FPM activists don’t want to vaccinate Syrian refugees in Lebanon

Lebanon finalized a deal with Pfizer on Sunday to secure 2.1 million doses of the company’s COVID-19 vaccine amidst a vicious second wave that has overwhelmed the healthcare system, pushing it to the brim.

An additional 2.7 million vaccines will be secured via the United Nations (UN), as part of a program to help countries in need. These have no expected date of arrival as of yet, but the Pfizer doses are expected to arrive in early February as per the Health Ministry. 

Soon after the announcement, advocates of the Free Patriotic Movement (FPM), famously headed by President Michel Aoun’s son-in-law MP Gebran Bassil, launched a social media campaign in demand that the vaccine be administered to Lebanese citizens first.

Wadih Akl, an attorney and member of the FPM Political Bureau, tweeted:

“Suggestion: Whoever is able to, will pay the vaccine in cash or the dollars held in banks, and according to health priorities of course. That way, we provide the chance to administer as many vaccines as possible to those who can’t [afford it] and we support the healthcare system. On condition to give the vaccine exclusively to the Lebanese. And sharing the details with the names on an open data app for transparency.”

Since then, Lebanese people have taken to Twitter demanding that “اللقاح_للبناني_أول#” (which translates to “vaccine for the Lebanese first.”

This campaign is only one part of the FPM’s racist and violent discourse against the country’s refugee population, in particular targeting Syrian refugees. This is not the first time the party has waged a racist campaign against Syrian refugees, forgoing scientific reasoning in pursuit of hatred and bigotry.

COVID-19 does not discriminate

As has been the case for the past year, COVID-19 has proven itself capable of reaching and infecting any number of people. To the FPM’s dismay, this includes Syrian refugees.

Anyone that contracts the virus is then capable of transmitting it and spreading the contamination around. There is no scientific or legal reasoning that proves that the vaccine should only be limited to a certain number of people: For it to be effective in curbing the spread of COVID-19, at least 70 percent of the population must be vaccinated.

“Ensuring that refugees are included in the vaccine rollout is key to ending the pandemic,” according to the UN Refugee Agency. “Excluding refugees, other displaced people or non-nationals from vaccination plans carries the risk of ongoing transmission in these populations, with spillovers into the national population.”

So while the FPM chooses to “prioritize the health of Lebanese citizens,” it is in fact advocating for a campaign that will continue to harm them.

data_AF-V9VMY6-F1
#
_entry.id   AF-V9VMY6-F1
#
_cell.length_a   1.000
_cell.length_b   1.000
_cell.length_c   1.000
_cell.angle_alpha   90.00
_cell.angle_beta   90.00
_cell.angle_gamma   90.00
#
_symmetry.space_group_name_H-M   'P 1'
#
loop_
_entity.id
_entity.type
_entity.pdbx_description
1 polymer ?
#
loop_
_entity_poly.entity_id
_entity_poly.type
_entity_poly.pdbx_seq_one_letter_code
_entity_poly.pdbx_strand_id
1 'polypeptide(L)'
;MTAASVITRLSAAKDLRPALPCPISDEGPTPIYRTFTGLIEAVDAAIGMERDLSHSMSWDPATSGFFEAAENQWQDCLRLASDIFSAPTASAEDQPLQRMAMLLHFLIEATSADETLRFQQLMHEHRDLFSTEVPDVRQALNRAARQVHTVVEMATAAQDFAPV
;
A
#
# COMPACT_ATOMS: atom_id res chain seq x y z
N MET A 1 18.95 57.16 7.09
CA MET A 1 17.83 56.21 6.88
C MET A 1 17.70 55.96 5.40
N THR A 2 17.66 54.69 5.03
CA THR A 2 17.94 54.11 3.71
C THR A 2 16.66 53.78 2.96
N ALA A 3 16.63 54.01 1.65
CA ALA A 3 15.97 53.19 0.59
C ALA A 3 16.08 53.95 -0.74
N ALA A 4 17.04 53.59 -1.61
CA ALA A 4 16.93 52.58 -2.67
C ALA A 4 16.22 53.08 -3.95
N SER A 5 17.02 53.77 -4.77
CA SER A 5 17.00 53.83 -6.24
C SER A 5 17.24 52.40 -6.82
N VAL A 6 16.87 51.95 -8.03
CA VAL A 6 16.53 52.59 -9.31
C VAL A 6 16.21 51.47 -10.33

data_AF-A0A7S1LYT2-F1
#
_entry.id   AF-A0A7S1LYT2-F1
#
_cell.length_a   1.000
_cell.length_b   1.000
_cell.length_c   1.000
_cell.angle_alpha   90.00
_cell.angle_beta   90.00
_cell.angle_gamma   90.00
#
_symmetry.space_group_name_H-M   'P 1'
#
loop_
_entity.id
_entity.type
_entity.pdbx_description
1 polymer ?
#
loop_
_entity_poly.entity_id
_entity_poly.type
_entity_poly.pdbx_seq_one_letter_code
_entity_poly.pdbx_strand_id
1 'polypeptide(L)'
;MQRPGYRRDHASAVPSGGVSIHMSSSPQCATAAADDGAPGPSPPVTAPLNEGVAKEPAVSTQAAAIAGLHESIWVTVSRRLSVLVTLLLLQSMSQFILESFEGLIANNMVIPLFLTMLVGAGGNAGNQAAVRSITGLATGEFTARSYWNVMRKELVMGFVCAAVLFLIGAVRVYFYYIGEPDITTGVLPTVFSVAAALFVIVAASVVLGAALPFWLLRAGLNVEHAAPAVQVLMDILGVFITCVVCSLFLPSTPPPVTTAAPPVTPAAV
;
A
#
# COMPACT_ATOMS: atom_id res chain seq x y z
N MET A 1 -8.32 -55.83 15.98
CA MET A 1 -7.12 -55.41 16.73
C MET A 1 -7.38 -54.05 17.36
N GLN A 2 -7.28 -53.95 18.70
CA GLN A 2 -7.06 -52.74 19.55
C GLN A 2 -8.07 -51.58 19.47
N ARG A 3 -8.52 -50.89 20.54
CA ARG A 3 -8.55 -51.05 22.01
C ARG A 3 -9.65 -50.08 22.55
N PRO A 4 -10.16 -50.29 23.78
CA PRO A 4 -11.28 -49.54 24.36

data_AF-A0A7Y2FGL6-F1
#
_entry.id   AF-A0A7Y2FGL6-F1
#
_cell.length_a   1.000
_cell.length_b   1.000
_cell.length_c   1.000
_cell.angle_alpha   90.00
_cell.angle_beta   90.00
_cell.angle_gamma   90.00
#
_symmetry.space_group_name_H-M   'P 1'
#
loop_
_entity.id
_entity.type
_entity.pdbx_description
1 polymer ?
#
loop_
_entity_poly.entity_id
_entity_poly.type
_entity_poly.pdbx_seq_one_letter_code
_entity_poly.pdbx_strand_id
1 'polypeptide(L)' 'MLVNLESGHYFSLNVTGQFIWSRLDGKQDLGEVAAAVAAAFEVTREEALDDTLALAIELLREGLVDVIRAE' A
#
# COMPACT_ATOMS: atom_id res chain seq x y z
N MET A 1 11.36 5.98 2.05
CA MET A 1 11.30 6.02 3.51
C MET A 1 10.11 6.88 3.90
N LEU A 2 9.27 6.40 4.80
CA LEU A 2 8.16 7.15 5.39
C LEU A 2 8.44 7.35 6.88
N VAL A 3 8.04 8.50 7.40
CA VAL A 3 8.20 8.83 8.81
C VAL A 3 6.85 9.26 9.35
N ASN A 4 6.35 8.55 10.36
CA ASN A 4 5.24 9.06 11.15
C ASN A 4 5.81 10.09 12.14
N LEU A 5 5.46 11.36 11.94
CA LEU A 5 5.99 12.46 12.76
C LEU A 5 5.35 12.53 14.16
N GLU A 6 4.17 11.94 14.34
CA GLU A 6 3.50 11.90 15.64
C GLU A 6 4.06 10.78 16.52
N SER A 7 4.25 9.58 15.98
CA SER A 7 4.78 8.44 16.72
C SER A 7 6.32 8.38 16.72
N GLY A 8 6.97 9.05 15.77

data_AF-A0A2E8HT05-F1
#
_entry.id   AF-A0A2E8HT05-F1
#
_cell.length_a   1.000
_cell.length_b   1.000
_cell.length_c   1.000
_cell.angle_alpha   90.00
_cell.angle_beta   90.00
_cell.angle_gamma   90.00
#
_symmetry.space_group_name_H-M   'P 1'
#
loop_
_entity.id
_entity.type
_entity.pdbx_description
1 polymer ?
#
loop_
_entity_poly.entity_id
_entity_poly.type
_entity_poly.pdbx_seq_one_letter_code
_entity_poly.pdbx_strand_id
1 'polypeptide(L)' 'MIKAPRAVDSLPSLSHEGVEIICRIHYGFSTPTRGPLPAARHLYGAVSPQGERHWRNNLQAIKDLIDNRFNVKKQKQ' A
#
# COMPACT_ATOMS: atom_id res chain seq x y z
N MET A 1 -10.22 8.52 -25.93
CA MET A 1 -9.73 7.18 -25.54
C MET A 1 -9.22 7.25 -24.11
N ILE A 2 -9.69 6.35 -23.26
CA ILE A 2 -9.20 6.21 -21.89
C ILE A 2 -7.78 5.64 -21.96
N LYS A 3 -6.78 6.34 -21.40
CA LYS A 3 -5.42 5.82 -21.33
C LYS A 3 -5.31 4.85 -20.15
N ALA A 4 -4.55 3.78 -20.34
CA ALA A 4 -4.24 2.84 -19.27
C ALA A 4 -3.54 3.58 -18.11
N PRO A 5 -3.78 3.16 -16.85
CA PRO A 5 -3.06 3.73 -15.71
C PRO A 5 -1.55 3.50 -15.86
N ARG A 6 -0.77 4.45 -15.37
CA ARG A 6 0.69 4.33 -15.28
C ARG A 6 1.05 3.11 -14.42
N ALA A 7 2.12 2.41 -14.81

Dr. Naji Hayek, an FPM activist and surgeon, tweeted that “no country in the world allows the vaccination of somebody on its land before vaccinating its citizens. The UN should make sure the vaccine arrives to all the Lebanese before allowing any opportunity for aliens.”

Jordan disproved Hayek’s statement before he could even tweet it, with the country becoming one of the first nations to vaccinate its UNHCR-registered refugees against COVID-19 and include them in the public health response.

Along the same line, Lebanese singers and public figures are heading to Dubai to receive the COVID-19 vaccine –including Assi El-Hallani’s son, weeks after his father hosted a massive New Year’s Eve concert without abiding by any safety measures.

The International Committee of the Red Cross in Lebanon stepped up to advocate for the inclusion of refugees in Lebanon’s vaccination drive, saying that the vaccine should be distributed equally among all social classes while focusing on those most vulnerable to COVID-19 and with weakened immunities.

“We shouldn’t differentiate when it comes to protecting people, from the rich in the cities and the poor in rural communities to the old in retirement homes and the youth in refugee camps,” tweeted the ICRC in Lebanon.

The FPM’s history of racism

The party has had a long history of racism against refugees and non-Lebanese individuals, particularly exhibited by its previous leader President Michel Aoun and current leader MP Gebran Bassil.

Since the start of the Syrian war in 2012, Lebanon’s population of Syrian refugees has dramatically increased, prompting a series of racist comments from the Lebanese ruling class. The FPM in particular has led this campaign, with Bassil’s comments holding high.

In 2017, Bassil told FPM supporters “Yes, we are Lebanese racists, but we know how to be Arab in our belonging, global in our [diaspora] and strong in our openness” as stated in this article by Al Jazeera.

Over the years, he has addressed the population as inferior, advising them to return back to a war-torn country and decimated cities. With this new anti-vaccine campaign, the party and Bassil rear their bigoted heads once again.

Yet while his comments in the past incited hatred and violence, this campaign has reached a new level of discrimination as it deals directly with the health of these refugees. In its own way, this campaign is a subtle death threat: Denying them the vaccine only puts their lives at risk against a virus that has overtaken the world with sickness and mortality.

The vaccine has yet to arrive in Lebanon, so realistically, the FPM does not need to fret yet. When it comes, despite the FPM’s best mechanisms, the vaccine will still be administered to the refugee population.